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Method Man rocked with an ASL translator at Jazz Fest



Method Man’s music has stood the test of time. Whether solo or a member of the Wu-Tang Clan, Method Man has a catalog of songs that everyone loves.

Yesterday (April 28) at the New Orleans Jazz & Heritage Festival, the Wu-Tang Clan performed a rousing set that included several of their classics. During the Wu-Tang Clan’s “Can It All Be So Simple”, Method felt the rhythm of the music and the energy of the audience. Also sign language interpreter Method showed a bright energy, who was clearly carried away by the song.

In the fan-made video, Method quickly spots the sign language interpreter and is clearly delighted by how quickly she signs to the beat.

This is not the first time a translator has gone viral for delving into the music during a live performance. Back in February, Rihanna’s sign language interpreter became the talk of the internet after she perfectly signed the beat to Rea’s music while punching out some dance moves.

And of course we’ve all seen the viral video Waka Flocka Flame plays along with his translator (who appears to be the same woman at a Wu-Tang performance) after mistaking her autograph for a dance.

You can watch a clip of Method Man’s performance above.

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Rap artist Big U’s son blazes his own trail with the Chargers NFL



COSTA MESA, California. — Diane Henley grew up with a famous father. The spotlight is now on him after he was selected in the third round of the NFL Draft by his hometown Los Angeles Chargers.

Henley, who played linebacker at Washington State, was selected 85th overall on Friday night.

Recording executive Eugene “Big U” Henley has worked with many top West Coast rappers including Snoop Dogg, Kurupt and the late Nipsey Hussle. The elder Henley also helped produce and was featured in the 2021 FX documentary series Hip Hop Uncovered.

“Perhaps I am now one of the most famous people he knows. It’s just crazy to just be on the other side of that aspect,” Diane Henley said at the command complex on Saturday.

Eugene now runs Developing Options, a non-profit organization that helps at-risk youth in Los Angeles. Diane’s mother, Stacey, also works for the foundation.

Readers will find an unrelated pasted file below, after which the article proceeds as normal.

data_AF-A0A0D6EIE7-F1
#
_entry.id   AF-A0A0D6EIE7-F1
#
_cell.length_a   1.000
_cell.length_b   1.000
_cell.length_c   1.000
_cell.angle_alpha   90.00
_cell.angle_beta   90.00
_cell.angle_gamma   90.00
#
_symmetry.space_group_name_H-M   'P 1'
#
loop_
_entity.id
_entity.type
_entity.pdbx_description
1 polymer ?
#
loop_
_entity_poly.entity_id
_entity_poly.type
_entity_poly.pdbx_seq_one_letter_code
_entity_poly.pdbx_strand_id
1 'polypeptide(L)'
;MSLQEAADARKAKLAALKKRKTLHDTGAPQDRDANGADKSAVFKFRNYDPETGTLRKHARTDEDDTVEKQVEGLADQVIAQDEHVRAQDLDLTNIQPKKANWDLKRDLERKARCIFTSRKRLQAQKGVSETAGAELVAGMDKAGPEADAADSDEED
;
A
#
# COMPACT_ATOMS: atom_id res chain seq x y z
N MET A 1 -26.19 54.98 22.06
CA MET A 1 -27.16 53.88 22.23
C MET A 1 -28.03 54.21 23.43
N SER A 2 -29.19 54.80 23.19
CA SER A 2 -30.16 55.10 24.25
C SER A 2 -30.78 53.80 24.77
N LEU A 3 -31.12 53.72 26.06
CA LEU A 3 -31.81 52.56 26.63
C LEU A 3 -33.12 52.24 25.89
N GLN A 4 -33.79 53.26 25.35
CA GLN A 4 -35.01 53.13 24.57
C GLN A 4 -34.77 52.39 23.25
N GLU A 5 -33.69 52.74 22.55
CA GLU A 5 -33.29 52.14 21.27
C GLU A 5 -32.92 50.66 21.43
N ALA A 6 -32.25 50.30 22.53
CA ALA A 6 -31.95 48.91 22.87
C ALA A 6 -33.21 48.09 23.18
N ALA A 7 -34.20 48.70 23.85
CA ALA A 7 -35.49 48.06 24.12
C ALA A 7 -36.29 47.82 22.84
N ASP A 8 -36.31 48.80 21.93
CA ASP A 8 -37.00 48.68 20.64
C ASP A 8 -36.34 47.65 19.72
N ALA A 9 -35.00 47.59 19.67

Henley said his parents deserve a lot of credit for his success.

When it comes to docu-series featuring his father, Henley said he already knew most of the stories told, but there were still a couple that were new to him.

In addition to his association with music, Big U is a former gang leader. He was arrested for drugs and served 12 years of a 23-year sentence.

“This guy has done a lot of things in the past and is teasing me about getting C’s in his class. That’s the kind of father I had,” said Henley. “When I watch this documentary, I’m already deep in college and I’m like, ‘Hey dude. You were wild then. They scold me here because I have a three or I left garbage somewhere. ” What, you can’t do that.”

Henley’s career has been an interesting journey. He grew up in South Central Los Angeles and played in Crenshaw, one of the top high school programs in the city. He was primarily a quarterback, but ended up playing five different positions, including kicker.

Henley began his college career in Nevada in 2017 and played wide receiver for his first two seasons. He moved to safety in 2019 but only played four games before suffering a season-ending injury and redshirting. After two years in supporting roles, he moved to the midfield position in 2021 and led the team with 103 tackles.

Henley moved to Washington State last season and was named to the All-Pac 12 First Team. He was second in the conference with 106 tackles and his 12 stoppages for a loss tied for fifth.